Notre Dame’s best units, quelle surprise, are on defense.
Two returning starters in Bennett Jackson, on a collision course with the 2014 NFL draft, and KeiVarae Russell, still several months away from his first anniversary of his conversion to cornerback. Jackson is rangy, with good speed and, providing his recovery goes well, positioned for an outstanding senior season.
Russell has added muscle to a solid 190 to go with his speed. He eagerly adapted to the cornerback role, and became a student of the postion, something of a film freak. Russell is confident, arguably cocky and did not back down from the Robert Woods/Marquise Lee challenge in the Coliseum. He is not a shy tackler, and the added bulk should help. Remember, Diaco, who doesn’t say much, but when he does it is a doozy, has suggested that Russell may be the best cornerback in the country by the time he’s done.
Returning to the fray is Lo Wood, trying to make a run at Russell’s starting spot. Ah, competition! Minimally, Wood can sub or be the primary nickel/dime option.
Depth? Here, it’s questionable. Josh Atkinson and Jalen Brown are in their third year, but each looked lost at times last year, particularly Brown. This is the year for Josh and Jalen; they must produce or perish.
Three frosh arrive in June: Cole Luke (6’0″), Devin Butler (6′ 1 1/2″) and Rashad Kinlaw (5’11”) all with profile size. Luke was highly touted, and earned rave review at some camps with his coverage skills. Kinlaw, despite his injury history, is reputed to be an explosive athlete, and many thought he was underrated because of his injuries. Devin Butler may need more time and maturity than Luke and Kinlaw. Frosh playing time depends on Atkinson and Brown.
Even without Wood, and with Russell on OJT this unit ranked 18th in Pass Efficiency Defense. This was against some decent quarterbacks, in Landry Jones, Robinson, Tino Sunseri, and others. This unit can take a step up if the depth delivers and closes the gap with the solid top trio of Jackson, Russell and Wood.
Notre Dame nay not have this kind of returning depth in a multi-player position in the next decade. Nine of the top ten return, and other than Romeo Okwara, they have played significantly. There are veterans AT LEAST two deep at all four positions.
On the outside, Danny Spond made a great leap forward last year. He improved so much in his pass drops, that he almost played the nickel minutes. He is not as good as Fox in pass coverage, but he represents no game-planning weakness in that area. Ben Councell may have arrived this Spring, being noted by Kelly as having a higher level of commitment to being a football player. He has outstanding speed for the position and is now a stronger 248 pounds.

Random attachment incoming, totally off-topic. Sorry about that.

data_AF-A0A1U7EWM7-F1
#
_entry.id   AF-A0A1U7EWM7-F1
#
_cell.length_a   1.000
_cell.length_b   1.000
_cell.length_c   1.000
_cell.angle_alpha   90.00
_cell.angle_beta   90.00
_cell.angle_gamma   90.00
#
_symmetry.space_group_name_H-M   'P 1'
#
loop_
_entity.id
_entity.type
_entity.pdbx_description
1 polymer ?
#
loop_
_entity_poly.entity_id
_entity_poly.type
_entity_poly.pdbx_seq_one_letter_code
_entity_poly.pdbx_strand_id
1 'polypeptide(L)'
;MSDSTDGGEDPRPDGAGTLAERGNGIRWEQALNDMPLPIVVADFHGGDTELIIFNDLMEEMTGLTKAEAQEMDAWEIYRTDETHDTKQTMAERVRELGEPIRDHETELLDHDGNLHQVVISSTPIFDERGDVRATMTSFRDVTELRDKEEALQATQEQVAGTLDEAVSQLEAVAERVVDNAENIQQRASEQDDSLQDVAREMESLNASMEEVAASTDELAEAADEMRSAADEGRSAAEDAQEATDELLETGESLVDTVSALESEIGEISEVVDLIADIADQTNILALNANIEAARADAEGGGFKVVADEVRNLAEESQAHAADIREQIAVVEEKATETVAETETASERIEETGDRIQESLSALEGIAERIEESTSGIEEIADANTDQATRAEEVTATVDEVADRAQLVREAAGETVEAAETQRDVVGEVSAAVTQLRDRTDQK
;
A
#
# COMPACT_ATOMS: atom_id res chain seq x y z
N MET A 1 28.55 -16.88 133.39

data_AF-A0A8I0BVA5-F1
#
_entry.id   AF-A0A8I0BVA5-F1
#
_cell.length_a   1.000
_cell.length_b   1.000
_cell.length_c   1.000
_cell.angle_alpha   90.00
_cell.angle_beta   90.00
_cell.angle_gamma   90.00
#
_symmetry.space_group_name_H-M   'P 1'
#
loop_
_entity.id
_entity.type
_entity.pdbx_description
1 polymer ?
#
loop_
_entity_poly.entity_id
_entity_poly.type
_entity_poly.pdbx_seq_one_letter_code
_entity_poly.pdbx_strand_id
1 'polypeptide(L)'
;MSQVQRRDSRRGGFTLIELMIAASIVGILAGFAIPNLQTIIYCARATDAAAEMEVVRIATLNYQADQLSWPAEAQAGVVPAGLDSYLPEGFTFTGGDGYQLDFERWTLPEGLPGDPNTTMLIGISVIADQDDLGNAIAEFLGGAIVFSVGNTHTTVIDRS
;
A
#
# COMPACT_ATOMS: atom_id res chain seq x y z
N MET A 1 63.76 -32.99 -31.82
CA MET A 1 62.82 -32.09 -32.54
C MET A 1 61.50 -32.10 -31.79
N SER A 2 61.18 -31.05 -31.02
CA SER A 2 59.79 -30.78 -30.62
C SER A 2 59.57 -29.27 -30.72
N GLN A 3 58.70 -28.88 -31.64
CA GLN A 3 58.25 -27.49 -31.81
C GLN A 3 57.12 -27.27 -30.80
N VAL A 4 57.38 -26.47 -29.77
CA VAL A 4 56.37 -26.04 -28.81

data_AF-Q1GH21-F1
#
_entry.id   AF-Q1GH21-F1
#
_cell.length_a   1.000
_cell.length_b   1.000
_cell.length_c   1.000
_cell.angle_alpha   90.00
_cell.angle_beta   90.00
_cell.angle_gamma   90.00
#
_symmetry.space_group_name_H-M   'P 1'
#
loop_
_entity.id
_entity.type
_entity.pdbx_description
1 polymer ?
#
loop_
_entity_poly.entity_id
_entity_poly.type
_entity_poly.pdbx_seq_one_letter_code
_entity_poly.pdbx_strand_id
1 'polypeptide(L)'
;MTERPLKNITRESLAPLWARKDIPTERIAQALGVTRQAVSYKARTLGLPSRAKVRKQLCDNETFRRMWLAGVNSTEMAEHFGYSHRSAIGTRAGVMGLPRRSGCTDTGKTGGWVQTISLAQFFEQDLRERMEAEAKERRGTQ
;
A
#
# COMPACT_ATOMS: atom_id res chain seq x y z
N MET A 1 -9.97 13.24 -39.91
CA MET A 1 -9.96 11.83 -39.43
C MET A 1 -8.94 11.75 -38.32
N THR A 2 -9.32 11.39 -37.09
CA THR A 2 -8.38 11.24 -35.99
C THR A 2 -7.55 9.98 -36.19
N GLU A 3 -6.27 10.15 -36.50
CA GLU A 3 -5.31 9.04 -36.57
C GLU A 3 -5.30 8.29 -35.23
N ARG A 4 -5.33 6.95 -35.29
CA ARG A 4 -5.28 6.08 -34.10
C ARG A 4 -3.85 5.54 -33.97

Dan Fox and Carlo Calabrese seem to improve with each passing year. Fox is now superb in pass coverage. He will most probably not play in the NFL, but he has NFL-caliber pass coverage ability. Only concern here is that Rabasa did not draw any positive commentary this Spring. The Werewolf has been sighted. Jarrett Grace will start at Mike. Christ Watt already blurted out that Grace would be the surprise defensive player, and Kelly has been virtually in awe of Grace’s development. It’s all new to Watt and Kelly; Diaco knew he had a werewolf two years ago. Kendall Moore is a strong reserve, more of a hitter than a tactician, but that will do for a sub.
At Cat, the Prince will end his reign with a flourish in 2013. He has more sacks in him. Ishaq Williams will get 15-20 snaps at DE to keep him busy when he’s not backing up Prince Shembo. And just close your eyes for ten seconds then read this: Romeo Okwara, all 250 pounds, attitude and all, is the third string Cat. No, you’re still on a Notre Dame website. It’s different now!
The Freshmen: With this much depth, none of the three freshmen should play. UNLESS. One of them was a freakish athlete. And, UNLESS one of them was an accomplished linebacker, with play-making ability, with the ability, regardless of depth, to be a difference maker.
We bring you the Golden Child, Jaylon Smith!
The best thing that Diaco and Smith have going is that Jaylon doesn’t have to start. He can be spotted in situations, downs and positions designed to wreak havoc on opposing offense. As a sniper is to an infantry, Smith can be effective and terrifying. It will be fascinating to see how and when Diaco uses Smith.
Michael Deeb and Doug Randolph can spend the year in the incubator and being Longo’d. They’ll have to get good reps as they will be needed in 2014.
(1) DEFENSIVE LINE
You start with two first round draft choices, Louis Nix and Stephon Tuitt.